It appears that the contractor entered upon the work at Sabine Pass, Texas, pursuant to the terms of the contract, and that on November 9, 1903, the time specified in the contract for the completion of the work at that point was waived by authority of the Chief of Engineers, and that said work was not completed until September 12, 1904. Upon the completion of the work at Sabine Pass, the contractor immediately moved his plant to Calcasieu Pass, Louisiana, and commenced work at the latter point on September 15, 1904, and, according to the letter of the engineer officer in charge, he is now prosecuting said work with faithfulness and energy. All extra cost for inspection and superintendence occasioned by the extension of time in which to complete the work at Sabine Pass were deducted from payments made for said work. There was also deducted 10 per centum retained percentage, as provided for in section 30, supra, of the specifications, the sum thus retained amounting to $9,000.

The work at Sabine Pass having been completed and accepted, you request my decision as to whether said sum of $9,000 may be paid to the contractor without waiting until completion of the work now in progress at Calcasieu Pass, Louisiana.

Section 30, supra, provides that said reserved percentage shall be retained "until completion of the work under contract." In view of this provision payment of the $9,000 in question prior to the completion of all the work provided for in the contract can be made, if at all, only upon the theory that the transaction between the parties constituted a separable and not an entire contract.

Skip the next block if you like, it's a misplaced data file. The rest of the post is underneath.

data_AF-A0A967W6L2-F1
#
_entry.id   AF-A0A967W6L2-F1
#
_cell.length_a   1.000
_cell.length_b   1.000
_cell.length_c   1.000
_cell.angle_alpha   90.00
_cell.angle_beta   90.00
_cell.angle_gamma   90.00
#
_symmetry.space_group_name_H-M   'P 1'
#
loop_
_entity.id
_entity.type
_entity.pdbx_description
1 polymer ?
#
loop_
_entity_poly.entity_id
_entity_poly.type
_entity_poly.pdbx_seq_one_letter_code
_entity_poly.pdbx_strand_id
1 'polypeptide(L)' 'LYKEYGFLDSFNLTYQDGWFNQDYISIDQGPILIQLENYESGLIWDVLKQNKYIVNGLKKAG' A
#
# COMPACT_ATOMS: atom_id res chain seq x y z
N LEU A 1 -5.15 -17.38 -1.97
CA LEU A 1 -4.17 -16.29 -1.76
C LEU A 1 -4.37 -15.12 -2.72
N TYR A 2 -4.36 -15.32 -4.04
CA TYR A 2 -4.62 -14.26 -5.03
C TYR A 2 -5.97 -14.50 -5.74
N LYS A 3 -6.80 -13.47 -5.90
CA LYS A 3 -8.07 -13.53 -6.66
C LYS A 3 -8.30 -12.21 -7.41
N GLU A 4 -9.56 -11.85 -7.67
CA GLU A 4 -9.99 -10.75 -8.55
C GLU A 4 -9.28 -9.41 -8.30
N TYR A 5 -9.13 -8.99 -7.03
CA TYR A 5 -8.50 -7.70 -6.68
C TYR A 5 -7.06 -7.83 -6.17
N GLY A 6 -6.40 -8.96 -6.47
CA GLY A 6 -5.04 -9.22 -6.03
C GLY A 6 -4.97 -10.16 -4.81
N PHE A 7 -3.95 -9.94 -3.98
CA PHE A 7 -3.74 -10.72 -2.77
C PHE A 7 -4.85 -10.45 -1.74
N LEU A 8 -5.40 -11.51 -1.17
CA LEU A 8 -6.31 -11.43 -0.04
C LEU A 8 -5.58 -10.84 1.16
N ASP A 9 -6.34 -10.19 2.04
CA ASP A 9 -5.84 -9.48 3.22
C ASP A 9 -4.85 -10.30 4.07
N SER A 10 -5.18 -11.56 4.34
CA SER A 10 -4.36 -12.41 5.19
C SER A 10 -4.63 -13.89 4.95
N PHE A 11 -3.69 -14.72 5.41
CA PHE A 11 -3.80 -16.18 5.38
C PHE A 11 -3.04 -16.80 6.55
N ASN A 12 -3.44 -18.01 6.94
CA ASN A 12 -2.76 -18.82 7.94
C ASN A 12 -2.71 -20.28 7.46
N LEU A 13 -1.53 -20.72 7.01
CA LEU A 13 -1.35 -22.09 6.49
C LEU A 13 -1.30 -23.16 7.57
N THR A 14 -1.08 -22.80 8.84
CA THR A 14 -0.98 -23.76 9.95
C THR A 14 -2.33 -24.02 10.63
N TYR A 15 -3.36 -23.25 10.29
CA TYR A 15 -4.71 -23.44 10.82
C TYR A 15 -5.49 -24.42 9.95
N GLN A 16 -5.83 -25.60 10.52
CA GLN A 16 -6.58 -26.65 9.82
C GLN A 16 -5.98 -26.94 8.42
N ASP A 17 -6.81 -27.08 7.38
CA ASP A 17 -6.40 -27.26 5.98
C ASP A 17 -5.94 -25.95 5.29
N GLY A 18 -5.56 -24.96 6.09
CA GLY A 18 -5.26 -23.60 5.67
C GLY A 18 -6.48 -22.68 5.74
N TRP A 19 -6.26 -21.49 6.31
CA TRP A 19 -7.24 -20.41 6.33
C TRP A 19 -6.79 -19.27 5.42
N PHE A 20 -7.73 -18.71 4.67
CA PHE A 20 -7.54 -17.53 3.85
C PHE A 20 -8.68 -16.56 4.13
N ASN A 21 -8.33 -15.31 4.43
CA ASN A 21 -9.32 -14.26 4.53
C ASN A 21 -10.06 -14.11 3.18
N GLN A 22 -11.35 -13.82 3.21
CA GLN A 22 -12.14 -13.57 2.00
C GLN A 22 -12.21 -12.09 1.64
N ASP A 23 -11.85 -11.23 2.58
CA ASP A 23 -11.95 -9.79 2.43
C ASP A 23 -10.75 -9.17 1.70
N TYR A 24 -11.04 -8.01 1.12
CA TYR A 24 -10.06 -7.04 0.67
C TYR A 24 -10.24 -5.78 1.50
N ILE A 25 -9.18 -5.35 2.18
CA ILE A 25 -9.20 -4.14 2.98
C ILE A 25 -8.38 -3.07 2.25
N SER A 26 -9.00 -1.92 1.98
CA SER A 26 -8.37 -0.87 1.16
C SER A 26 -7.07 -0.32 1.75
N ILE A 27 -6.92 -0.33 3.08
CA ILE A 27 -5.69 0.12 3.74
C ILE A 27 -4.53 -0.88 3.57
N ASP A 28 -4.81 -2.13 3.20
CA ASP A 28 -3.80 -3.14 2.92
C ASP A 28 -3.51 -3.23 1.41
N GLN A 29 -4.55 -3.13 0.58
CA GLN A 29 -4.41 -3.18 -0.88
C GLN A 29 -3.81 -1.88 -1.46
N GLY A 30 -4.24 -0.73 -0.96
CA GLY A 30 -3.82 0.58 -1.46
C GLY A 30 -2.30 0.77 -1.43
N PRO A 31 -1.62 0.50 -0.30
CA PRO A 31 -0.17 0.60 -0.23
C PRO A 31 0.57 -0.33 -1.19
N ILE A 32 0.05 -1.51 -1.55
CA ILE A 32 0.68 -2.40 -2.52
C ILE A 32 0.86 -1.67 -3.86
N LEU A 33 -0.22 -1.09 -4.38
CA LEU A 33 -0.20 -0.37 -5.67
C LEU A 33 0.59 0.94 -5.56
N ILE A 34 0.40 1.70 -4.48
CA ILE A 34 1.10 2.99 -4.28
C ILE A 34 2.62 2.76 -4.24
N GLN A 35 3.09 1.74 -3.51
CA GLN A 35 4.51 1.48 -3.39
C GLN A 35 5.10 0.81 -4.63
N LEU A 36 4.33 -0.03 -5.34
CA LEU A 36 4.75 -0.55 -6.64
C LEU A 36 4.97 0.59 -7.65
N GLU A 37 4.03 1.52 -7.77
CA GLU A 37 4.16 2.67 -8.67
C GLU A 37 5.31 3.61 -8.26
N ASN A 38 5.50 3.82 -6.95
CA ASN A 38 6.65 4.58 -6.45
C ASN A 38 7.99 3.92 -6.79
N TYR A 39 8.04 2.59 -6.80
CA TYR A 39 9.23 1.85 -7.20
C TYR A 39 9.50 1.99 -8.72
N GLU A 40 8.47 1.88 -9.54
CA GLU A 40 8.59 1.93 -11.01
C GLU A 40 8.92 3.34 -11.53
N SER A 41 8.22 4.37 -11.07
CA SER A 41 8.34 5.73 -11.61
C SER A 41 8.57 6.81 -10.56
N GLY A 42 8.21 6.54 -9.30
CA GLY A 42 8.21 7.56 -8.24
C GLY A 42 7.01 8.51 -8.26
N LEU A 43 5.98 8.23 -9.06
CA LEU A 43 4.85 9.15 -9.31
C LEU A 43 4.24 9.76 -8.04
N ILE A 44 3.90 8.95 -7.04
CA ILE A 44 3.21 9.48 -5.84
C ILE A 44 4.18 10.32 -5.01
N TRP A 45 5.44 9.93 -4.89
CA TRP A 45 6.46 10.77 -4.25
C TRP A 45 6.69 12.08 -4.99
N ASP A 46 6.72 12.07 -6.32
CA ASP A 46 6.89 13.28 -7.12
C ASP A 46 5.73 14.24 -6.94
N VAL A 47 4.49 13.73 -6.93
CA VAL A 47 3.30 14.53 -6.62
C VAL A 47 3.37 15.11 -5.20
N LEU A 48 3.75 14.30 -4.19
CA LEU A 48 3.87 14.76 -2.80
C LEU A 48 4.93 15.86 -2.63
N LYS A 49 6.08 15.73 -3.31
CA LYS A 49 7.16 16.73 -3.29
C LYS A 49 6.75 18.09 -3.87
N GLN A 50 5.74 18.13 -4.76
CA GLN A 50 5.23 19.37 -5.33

Whether a contract is entire or separable depends upon the intention of the parties, and this must be discovered in each

case by considering the language employed and the subjectmatter of the contract. (Parsons on Contracts, vol. 2, p. 29.) Applying the above rule of construction to the present case, I am of the opinion that the contract should be regarded as entire and not separable.

The mere fact that the work contracted for was located at different points is not sufficient to justify a finding that the contract was a separable one. It was a single undertaking to do a specified work at the two different places for a specified consideration which applies to all the work at both places. (See 5 Comp. Dec., 212; 82 Pa. St., 267.)

I therefore have to advise you that you are not authorized to pay the contractor the $9,000 in question until the completion of all the work provided for in the contract, which would include the work at Calcasieu Pass as well as that at Sabine Pass.

The question whether the contractor is at the present time in default on the second part of the work at Calcasieu Pass not having been presented, no opinion is expressed thereon.


A clerk of court is not entitled to folio fees for making calendars for the judge, attorney, and clerk, such services being covered by docket fees. A clerk of court is not entitled to fees for filing papers sent up by commissioners in Chinese-exclusion cases, wherein no appeals were taken, they not being records of the court, and the rule of court requiring papers in criminal cases only.

A clerk of court is not entitled to fees from the Government for filing papers sent up by commissioners on appeal, in Chinese-exclusion cases, they being defendants' costs.

A clerk of court is entitled to a docket fee of one dollar in cases transmitted from the district to the circuit court for trial.

(Decision by Comptroller Tracewell, December 27, 1904.) These are revisions on my own motion (par. 1, sec. 8, act of July 31, 1894, 28 Stat., 207), filed November 16, 1904, of the accounts of George W. Sproule, clerk of the United States circuit and district courts for the district of Montana, for the quarters ending December 31, 1903, in both courts, and March 31 and June 30, 1904, in the district court, settled by the Auditor for the State and other Departments per certificates Nos. 98991 and 98990, dated February 19, 1904; 101794, dated June 8, 1904; and 103874, dated October 4, 1904, respectively.